How will artificial intelligence change the way of aged care?


Artificial intelligence is transforming the world of work. Advances such as deep learning, new sensor technologies, and subsequent data availability, mean that computers can perform a much wider range of tasks than previously thought possible.

While we may be getting used to the idea that automation will render many current occupations obsolete, many of us still struggle with the idea that artificial intelligence can perform more human tasks.  But that’s exactly what’s happening in the world of aged care. With the help of “more human” technology, older people will be able to stay in their homes longer, and lead more independent lives. This will also have repercussions on how aged care facilities are staffed in the future. As the industry incorporates new technology, new jobs will be created and old jobs transformed.

According to the Smithsonian Institute, new technological tools will play a huge role in helping the elderly to take care of themselves. From wearable devices that measure heart rate to remote-controlled robots that pick things up from the floor, older people will be interacting with technology in their homes in a variety of new ways. This trend is expected to start with the baby boomers who are now hitting their seventies, and grow with successive generations.

Of course, there are design factors to take into consideration. Elderly people may have misgivings about incorporating so much technology into their home, and usability and invasiveness are going to be top of mind. Sensors, voice recognition, and wearable devices are relatively non-invasive, and require little interaction with keyboards or other equipment.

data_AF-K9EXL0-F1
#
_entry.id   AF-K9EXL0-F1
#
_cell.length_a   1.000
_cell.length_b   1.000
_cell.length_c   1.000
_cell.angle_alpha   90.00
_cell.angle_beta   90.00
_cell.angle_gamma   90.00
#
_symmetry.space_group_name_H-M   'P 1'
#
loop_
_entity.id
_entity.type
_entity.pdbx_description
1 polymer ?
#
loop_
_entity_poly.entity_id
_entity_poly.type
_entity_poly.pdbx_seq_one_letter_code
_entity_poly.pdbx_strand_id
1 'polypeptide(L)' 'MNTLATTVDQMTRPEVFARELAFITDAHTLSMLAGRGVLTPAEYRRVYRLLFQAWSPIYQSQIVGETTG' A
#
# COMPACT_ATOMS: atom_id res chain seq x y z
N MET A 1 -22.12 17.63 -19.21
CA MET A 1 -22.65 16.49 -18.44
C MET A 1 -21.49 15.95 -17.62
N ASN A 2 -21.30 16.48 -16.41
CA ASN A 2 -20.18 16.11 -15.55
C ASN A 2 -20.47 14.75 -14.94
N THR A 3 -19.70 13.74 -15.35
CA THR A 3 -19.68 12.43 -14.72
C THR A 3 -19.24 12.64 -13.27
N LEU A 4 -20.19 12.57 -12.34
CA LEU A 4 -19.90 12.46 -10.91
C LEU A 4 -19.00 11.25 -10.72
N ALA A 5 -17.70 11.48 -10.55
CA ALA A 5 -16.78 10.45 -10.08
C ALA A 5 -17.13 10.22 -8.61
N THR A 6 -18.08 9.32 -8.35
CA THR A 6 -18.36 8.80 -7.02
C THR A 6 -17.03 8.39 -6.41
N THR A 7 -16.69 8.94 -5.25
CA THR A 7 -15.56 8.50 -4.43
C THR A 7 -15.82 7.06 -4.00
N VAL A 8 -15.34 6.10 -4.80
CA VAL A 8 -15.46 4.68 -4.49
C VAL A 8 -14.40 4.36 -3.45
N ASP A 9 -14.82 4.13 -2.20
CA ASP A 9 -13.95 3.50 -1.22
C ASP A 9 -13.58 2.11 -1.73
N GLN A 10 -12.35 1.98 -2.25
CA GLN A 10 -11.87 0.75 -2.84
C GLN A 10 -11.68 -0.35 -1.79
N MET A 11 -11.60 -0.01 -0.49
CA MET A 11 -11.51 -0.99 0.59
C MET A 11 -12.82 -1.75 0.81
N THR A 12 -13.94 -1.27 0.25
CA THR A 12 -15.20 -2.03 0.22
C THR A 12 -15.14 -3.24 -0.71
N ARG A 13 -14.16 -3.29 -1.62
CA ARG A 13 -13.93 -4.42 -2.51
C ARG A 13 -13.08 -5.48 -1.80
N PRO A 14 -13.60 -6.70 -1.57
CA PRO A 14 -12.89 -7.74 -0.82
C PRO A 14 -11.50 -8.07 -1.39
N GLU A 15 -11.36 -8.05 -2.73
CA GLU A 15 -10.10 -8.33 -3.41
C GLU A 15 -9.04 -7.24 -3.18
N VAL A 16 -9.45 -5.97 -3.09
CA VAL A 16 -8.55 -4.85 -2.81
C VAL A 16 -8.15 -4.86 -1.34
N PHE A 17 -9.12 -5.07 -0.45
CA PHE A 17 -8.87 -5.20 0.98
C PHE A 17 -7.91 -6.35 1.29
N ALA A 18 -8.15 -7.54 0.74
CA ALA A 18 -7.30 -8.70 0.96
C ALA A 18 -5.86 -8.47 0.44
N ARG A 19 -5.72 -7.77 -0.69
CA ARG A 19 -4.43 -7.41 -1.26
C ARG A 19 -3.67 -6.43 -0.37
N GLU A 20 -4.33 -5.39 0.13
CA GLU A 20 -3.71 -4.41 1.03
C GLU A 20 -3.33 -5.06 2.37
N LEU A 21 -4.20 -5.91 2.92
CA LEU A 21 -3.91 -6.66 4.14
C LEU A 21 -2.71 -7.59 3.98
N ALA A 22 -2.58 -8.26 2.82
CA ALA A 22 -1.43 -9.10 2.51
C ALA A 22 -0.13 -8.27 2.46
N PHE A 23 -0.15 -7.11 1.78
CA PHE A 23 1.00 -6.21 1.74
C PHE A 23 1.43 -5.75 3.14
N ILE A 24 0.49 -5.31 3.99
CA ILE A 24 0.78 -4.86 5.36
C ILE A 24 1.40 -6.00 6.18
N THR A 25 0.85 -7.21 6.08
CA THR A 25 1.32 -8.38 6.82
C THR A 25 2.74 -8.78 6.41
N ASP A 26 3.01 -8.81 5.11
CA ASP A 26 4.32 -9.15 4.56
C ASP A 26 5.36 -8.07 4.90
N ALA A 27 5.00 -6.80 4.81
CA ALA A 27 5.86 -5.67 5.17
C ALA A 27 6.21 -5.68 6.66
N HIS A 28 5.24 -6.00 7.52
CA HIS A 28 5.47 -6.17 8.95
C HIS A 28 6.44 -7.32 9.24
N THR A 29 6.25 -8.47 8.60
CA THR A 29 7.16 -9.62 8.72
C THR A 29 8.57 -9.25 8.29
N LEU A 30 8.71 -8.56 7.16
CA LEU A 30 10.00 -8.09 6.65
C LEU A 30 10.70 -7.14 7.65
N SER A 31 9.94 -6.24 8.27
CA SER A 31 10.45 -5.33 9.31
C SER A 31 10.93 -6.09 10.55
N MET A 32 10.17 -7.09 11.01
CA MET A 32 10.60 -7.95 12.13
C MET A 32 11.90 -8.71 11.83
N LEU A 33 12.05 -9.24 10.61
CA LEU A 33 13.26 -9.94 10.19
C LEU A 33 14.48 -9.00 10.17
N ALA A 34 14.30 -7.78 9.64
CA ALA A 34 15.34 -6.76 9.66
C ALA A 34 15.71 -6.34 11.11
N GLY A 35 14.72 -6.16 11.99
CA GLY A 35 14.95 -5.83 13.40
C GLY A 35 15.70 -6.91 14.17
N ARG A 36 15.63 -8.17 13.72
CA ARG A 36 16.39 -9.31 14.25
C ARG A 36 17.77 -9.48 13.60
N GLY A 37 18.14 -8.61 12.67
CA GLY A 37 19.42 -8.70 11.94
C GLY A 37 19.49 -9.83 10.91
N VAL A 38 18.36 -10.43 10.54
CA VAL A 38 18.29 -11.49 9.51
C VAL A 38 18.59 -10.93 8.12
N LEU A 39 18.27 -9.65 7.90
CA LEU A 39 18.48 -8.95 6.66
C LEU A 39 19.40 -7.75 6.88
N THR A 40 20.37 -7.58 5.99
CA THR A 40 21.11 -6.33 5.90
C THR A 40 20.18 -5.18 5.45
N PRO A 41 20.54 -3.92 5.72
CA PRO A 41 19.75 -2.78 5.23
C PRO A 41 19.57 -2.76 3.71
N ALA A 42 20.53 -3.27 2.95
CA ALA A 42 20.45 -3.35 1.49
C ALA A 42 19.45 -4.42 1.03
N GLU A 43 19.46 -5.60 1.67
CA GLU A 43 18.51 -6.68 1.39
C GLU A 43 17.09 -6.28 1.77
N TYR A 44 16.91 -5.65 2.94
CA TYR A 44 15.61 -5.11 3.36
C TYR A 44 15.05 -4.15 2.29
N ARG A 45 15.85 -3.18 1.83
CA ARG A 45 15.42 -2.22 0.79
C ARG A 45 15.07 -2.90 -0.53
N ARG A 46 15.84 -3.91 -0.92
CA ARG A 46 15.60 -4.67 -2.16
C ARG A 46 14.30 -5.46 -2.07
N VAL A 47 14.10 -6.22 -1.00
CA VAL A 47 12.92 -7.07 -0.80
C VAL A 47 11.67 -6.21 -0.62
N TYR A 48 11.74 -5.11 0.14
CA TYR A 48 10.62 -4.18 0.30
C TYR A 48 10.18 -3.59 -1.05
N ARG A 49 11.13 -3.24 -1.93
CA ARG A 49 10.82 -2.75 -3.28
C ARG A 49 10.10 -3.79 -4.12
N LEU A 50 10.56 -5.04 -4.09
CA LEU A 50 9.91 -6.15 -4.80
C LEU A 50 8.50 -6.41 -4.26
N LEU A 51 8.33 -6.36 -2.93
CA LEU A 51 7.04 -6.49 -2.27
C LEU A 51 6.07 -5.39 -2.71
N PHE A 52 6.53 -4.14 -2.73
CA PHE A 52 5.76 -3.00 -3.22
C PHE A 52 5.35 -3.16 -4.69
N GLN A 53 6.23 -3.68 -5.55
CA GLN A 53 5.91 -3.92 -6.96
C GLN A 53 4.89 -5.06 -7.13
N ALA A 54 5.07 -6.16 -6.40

In fact, a whole new startup industry has emerged in recent years specialising in developing new technologies to be used in the aged care space. Smartphone apps like Lifewatch V that keep elderly patients in touch with their doctors between visits simply by holding a finger over a sensor, robots that take them through light stretching exercises, and intelligent virtual assistants like getAbby that remind people to take their medications are poised to play a huge role in elderly patient care. This will give them much more autonomy, and increase the length of time people remain at home.

So what’s this going to mean from an aged care facility staffing perspective? Will machines take the place of human aged care workers?

Well…..Yes and No.

Over the next decade more and more manual tasks will be performed by robots, for example, robots that assist people to get out in and out of beds and chairs without third person assistance will improve the independence of many mobility impaired people.  There are currently prototype robots that autonomously take blood. The quality of remote monitoring of people will dramatically improve through implanted sensors etc., reducing the need for visits for these tasks.

However, the increased use of AI in aged care, along with the massive amounts of data that will become available means a new kind of health professional will emerge, one that is able to understand data generated by this new technology, create a tailor-made health plan, and carry out any necessary action. Analysis skills may replace the ability to complete manual tasks like lifting. Also with less emphasis on carrying out manual tasks, care workers of the future may have time to become more engaged with patients on a personal level, improving the mental wellbeing of people under their care.

We are at the dawn of the practical use of artificial intelligence as we become more familiar we will find a myriad of ways to incorporate it into the aged care space. We can only surmise the skills that will be needed. But with so much potential for change, the sector is sure to offer some real opportunities in the future.